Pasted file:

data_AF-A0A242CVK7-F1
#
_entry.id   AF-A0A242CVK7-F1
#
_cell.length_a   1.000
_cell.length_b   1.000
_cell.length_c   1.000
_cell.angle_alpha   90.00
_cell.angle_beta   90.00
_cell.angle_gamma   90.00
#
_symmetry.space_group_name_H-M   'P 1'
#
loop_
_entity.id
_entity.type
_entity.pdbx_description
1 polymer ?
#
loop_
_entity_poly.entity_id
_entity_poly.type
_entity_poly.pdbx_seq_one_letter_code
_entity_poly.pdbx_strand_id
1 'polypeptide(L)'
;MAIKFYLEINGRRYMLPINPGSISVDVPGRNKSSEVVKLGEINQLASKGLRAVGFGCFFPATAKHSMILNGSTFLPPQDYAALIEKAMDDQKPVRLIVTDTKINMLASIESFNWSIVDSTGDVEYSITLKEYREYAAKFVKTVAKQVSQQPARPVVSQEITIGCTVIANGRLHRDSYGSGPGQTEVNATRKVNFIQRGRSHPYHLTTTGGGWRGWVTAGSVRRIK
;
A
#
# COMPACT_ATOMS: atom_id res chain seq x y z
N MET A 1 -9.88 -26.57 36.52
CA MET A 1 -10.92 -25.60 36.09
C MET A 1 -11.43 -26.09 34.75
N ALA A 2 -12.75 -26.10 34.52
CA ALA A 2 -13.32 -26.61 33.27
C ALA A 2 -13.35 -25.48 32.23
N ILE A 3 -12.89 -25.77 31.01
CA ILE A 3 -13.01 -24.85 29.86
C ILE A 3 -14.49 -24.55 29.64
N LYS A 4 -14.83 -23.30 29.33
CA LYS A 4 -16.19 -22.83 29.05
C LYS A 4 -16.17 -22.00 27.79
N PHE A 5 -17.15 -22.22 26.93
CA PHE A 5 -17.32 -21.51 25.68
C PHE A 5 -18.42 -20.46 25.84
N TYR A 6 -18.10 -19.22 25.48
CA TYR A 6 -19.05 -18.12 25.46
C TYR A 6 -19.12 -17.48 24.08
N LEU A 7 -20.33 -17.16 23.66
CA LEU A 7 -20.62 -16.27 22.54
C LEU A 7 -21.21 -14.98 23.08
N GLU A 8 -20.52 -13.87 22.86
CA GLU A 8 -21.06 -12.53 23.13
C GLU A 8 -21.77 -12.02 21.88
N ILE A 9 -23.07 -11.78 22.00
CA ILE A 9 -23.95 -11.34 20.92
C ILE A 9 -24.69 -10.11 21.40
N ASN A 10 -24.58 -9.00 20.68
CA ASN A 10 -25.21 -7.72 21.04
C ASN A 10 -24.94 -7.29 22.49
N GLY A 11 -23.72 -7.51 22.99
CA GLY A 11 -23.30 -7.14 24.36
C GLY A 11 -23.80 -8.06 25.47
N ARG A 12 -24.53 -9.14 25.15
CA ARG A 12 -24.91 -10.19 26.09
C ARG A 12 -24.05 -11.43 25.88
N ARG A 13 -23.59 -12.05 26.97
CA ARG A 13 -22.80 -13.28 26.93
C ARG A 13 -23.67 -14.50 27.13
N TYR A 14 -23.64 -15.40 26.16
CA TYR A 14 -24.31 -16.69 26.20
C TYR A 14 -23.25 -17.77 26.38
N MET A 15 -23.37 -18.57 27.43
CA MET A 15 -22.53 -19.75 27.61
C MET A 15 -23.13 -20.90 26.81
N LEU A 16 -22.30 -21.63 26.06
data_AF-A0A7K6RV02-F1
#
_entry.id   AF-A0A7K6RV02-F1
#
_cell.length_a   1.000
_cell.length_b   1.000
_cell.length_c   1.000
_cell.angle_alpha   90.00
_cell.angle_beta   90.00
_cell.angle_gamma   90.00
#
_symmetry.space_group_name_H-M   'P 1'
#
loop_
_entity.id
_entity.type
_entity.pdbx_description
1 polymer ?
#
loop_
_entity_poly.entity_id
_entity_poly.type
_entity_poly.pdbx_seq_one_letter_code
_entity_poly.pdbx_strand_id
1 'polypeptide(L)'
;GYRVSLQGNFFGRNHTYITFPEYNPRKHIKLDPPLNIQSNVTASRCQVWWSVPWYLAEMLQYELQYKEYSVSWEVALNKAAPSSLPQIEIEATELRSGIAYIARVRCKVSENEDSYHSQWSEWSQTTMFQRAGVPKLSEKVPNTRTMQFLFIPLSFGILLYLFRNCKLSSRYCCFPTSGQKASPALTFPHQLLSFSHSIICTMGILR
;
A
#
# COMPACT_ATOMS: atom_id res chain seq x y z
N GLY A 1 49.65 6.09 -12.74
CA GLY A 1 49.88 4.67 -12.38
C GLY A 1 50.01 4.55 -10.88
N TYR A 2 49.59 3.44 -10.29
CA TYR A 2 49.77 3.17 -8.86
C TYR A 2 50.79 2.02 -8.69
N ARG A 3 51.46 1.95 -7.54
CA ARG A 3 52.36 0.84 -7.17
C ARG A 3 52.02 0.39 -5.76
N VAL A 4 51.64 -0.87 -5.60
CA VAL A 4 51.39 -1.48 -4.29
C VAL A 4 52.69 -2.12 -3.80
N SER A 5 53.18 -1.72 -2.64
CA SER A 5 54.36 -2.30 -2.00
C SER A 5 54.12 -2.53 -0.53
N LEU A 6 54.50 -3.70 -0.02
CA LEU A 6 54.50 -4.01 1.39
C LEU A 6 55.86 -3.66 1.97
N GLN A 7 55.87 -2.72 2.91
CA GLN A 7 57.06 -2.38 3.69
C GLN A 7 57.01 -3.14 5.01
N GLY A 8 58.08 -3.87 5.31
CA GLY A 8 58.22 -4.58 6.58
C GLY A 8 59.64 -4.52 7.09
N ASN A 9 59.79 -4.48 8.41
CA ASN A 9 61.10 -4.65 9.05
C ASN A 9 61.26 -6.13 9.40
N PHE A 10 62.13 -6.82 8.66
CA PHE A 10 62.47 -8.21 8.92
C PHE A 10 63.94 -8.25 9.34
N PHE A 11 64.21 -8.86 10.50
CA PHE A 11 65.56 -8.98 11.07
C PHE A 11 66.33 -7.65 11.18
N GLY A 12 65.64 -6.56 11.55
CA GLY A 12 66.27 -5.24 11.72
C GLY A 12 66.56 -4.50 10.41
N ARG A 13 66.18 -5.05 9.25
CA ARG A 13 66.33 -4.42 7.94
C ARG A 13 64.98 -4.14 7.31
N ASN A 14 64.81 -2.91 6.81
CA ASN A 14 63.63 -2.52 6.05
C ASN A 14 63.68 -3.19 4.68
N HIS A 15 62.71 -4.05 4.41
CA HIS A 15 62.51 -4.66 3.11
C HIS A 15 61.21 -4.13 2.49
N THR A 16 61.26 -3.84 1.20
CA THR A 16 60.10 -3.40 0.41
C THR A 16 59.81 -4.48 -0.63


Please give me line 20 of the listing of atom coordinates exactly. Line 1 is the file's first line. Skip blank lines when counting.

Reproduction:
loop_